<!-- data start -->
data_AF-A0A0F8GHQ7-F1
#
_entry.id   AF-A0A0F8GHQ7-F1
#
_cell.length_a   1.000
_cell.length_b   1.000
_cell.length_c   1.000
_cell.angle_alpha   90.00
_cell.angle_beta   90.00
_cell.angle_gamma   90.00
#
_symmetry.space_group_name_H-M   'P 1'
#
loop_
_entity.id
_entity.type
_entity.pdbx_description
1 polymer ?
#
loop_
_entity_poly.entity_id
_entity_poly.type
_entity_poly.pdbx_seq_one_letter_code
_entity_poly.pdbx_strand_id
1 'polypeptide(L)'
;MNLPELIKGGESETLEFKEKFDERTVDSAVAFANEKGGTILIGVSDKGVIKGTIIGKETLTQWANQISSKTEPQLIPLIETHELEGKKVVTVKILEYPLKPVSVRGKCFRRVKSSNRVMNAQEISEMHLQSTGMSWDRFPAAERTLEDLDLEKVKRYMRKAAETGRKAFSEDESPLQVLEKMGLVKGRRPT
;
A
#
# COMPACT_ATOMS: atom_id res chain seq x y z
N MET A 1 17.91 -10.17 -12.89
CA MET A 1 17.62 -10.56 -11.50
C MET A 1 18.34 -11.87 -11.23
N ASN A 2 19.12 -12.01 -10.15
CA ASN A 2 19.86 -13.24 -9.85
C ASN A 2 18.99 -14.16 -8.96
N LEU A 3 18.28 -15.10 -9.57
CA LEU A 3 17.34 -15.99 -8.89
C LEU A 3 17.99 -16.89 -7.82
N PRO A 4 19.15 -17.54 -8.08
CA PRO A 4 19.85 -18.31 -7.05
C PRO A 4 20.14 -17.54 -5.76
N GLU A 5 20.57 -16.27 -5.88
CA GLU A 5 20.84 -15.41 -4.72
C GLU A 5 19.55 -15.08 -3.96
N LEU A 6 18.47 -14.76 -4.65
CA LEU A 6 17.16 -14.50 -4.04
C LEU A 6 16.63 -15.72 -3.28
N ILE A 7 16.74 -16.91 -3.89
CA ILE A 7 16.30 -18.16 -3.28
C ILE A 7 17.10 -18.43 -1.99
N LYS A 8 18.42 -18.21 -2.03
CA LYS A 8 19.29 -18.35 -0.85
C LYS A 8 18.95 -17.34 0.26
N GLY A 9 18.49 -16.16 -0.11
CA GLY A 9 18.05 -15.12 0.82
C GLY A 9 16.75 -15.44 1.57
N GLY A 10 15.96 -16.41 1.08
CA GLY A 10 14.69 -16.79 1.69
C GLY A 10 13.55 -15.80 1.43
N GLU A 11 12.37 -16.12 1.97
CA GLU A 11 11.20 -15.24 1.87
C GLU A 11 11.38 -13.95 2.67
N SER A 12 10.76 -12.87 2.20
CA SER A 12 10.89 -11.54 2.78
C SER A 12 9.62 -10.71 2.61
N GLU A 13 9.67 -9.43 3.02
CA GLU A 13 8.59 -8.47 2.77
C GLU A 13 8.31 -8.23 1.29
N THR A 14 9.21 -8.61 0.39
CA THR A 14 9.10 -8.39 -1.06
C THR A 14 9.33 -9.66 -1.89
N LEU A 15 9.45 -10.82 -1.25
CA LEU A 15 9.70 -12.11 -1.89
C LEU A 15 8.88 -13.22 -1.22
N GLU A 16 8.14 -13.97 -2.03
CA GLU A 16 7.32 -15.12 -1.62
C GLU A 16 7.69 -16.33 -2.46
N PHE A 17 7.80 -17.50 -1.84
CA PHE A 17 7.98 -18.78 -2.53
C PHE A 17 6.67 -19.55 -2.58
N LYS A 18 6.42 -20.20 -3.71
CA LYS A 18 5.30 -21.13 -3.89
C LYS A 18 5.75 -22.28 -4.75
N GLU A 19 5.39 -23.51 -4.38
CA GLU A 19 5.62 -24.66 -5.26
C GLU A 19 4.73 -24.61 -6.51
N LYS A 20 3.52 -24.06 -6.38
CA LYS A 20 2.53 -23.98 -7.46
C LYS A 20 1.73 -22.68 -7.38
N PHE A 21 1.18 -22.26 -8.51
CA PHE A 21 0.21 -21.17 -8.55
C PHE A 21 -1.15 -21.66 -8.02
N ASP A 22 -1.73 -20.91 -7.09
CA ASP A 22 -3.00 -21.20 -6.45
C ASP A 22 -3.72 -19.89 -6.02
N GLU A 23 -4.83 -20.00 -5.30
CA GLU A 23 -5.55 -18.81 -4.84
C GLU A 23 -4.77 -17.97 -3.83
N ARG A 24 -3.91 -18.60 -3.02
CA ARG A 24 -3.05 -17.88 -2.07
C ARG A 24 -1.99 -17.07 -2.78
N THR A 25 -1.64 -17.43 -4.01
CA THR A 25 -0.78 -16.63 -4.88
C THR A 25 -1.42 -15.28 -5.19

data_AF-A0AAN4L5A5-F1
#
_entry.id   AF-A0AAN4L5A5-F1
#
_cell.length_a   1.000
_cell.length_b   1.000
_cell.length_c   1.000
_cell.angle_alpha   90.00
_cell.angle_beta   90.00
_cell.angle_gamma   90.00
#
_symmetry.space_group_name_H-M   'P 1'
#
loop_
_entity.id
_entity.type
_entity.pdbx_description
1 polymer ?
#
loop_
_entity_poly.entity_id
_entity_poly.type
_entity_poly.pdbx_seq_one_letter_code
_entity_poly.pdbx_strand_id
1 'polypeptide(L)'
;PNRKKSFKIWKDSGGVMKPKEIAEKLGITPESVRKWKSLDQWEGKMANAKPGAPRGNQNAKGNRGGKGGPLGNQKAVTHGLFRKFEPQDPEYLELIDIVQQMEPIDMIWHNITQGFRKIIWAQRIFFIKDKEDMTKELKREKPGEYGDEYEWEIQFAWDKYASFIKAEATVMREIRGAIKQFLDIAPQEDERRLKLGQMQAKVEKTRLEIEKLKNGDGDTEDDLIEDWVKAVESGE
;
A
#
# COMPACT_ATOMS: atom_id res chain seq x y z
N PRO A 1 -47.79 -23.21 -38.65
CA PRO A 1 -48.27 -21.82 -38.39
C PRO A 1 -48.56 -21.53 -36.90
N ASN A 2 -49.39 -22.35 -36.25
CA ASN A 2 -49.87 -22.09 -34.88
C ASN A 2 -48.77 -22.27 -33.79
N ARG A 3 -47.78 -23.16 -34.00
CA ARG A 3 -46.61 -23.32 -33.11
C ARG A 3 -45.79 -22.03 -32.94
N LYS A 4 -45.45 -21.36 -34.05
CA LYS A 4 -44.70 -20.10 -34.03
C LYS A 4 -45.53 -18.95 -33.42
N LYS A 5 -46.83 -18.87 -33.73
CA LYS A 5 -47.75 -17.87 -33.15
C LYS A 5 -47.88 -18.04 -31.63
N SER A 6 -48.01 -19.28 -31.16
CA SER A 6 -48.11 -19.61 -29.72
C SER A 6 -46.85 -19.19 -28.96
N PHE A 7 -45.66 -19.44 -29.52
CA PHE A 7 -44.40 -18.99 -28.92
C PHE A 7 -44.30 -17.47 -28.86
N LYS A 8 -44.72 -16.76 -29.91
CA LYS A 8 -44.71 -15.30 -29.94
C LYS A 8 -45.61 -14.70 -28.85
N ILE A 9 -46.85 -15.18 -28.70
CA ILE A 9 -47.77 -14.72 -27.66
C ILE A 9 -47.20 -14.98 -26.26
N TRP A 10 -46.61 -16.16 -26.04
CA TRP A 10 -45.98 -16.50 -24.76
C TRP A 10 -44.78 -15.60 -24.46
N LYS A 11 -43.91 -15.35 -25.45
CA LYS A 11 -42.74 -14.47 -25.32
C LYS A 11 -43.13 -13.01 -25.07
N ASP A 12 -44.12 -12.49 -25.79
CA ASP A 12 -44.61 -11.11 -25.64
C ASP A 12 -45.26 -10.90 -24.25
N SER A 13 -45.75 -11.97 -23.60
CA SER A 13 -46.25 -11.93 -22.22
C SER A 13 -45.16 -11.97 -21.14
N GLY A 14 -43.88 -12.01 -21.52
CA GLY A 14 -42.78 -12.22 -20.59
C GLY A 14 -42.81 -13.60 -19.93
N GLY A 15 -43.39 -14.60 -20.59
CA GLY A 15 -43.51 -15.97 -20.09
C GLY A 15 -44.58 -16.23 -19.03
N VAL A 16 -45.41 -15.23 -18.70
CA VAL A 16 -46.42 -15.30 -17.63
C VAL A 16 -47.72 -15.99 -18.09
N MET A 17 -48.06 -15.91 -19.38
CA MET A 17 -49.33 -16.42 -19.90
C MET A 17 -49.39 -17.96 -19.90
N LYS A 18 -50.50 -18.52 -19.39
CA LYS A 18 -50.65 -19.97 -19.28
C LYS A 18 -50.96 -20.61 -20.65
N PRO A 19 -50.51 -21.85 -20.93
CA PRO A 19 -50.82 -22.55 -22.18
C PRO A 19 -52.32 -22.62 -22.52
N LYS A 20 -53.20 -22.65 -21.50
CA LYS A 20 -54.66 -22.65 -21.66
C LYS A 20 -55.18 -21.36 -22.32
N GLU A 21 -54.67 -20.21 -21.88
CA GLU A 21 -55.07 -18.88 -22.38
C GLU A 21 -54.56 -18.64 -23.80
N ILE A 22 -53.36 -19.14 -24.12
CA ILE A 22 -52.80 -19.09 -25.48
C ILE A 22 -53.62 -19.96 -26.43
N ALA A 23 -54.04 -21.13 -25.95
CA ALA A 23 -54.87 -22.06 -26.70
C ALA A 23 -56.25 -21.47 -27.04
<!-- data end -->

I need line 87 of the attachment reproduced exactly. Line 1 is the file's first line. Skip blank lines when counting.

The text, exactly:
C GLU A 19 4.73 -24.61 -6.51